Yes, he will get credit for the time he is doing unless, he has more than one case and it is somehow given to that case. There are a great deal of intricacies in sentencing, so I would need more info to give you a definite answer.Ask a similar question
Sure. But you should be aware that in juvenile proceedings there can be other options besides being in custody including home supervision. His family should consult with an attorney who has handled juvenile matters immediately so he or she can appear on Monday to argue for his release. Good luck.
In California, unless an incarcerated person agrees to "waive credits" as part of plea agreement, he or she gets credit for any portion of any day spent in custody. For example, a person booked at 11:59PM gets credit for the full day, just the same as someone booked at 12:01AM, nearly 24 hours earlier.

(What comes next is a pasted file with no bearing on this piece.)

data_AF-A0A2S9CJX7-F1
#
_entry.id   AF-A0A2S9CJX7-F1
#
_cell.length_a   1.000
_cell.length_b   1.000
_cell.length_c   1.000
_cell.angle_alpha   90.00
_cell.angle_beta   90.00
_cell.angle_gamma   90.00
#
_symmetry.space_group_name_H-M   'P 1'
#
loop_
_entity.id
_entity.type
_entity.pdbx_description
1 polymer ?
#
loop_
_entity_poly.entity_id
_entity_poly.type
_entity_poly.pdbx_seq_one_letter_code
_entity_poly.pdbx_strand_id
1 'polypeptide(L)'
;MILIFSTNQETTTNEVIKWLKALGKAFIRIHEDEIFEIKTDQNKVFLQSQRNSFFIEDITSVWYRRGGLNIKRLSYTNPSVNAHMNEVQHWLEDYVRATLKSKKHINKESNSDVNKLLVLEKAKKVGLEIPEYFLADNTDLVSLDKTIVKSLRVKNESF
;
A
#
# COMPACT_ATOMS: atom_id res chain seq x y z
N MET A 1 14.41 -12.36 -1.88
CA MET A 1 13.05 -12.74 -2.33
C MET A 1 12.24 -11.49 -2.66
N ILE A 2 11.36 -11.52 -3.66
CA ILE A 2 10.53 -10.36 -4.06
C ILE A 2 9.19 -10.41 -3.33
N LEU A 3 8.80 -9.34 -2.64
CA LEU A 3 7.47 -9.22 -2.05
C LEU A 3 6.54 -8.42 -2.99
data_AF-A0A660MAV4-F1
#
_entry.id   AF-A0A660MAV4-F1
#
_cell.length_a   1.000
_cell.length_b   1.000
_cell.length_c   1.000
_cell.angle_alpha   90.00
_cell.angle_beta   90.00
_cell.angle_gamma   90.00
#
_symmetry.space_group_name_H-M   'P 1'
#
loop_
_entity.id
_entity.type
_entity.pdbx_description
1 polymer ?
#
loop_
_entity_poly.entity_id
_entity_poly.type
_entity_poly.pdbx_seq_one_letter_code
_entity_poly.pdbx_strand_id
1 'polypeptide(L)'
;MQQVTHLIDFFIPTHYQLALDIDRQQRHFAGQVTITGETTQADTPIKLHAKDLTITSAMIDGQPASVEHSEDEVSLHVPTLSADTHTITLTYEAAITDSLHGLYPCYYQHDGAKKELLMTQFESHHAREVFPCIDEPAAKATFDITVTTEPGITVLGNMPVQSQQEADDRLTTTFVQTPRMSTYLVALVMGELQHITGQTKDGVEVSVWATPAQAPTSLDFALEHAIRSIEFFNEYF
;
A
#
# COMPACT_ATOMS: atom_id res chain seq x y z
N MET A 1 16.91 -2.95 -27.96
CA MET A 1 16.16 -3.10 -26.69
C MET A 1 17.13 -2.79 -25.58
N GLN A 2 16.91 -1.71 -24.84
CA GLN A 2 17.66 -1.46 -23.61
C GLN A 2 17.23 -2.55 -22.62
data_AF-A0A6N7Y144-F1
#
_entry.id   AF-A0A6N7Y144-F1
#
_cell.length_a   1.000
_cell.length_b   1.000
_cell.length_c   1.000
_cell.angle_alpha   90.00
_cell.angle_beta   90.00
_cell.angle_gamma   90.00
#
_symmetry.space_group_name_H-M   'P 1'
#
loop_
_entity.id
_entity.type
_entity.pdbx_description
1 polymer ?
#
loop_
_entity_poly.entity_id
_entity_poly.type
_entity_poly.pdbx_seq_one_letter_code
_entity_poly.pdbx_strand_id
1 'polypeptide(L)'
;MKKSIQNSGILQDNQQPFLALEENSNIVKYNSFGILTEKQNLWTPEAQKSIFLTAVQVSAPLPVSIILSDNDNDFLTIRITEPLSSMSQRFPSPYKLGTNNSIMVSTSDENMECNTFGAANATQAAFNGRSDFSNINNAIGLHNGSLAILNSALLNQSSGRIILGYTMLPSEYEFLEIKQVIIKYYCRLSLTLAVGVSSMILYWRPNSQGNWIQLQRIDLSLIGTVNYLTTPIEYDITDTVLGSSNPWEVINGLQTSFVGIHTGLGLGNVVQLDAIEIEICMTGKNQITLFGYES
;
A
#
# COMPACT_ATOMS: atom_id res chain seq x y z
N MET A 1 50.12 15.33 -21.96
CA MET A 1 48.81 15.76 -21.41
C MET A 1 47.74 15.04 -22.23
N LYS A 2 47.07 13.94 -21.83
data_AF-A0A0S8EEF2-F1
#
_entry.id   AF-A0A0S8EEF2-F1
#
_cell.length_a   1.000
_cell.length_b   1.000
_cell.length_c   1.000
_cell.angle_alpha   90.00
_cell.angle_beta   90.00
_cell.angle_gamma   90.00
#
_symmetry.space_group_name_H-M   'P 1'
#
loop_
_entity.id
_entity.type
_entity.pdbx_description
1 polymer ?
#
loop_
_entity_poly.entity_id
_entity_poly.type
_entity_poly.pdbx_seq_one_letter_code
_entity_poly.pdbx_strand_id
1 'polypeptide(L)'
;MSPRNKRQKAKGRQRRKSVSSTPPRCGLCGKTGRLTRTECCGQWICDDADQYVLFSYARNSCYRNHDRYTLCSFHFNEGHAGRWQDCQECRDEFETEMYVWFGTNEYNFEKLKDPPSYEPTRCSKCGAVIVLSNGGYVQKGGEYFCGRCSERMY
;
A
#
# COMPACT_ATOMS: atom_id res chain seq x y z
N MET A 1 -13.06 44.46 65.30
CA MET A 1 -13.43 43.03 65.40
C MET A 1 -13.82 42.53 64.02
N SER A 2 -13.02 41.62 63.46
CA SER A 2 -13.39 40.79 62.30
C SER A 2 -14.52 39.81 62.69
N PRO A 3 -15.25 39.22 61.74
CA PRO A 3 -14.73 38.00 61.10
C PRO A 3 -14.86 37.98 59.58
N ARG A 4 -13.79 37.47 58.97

If your boyfriend's court hearing on Monday is the first hearing in the case (called a Detention Hearing in Juvenile Court), it is possible that the court will release him on home supervision or an ankle monitor if it determines that public safety does not require his confinement, his family is able to properly supervise him, and he will obey the court's rules while released.
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Generally, yes. The time spent in custody awaiting the final outcome of the case (sentencing) is credited to the time imposed. The main reason it would not is if he was sentenced on another matter, and was currently serving that sentence.Ask a similar question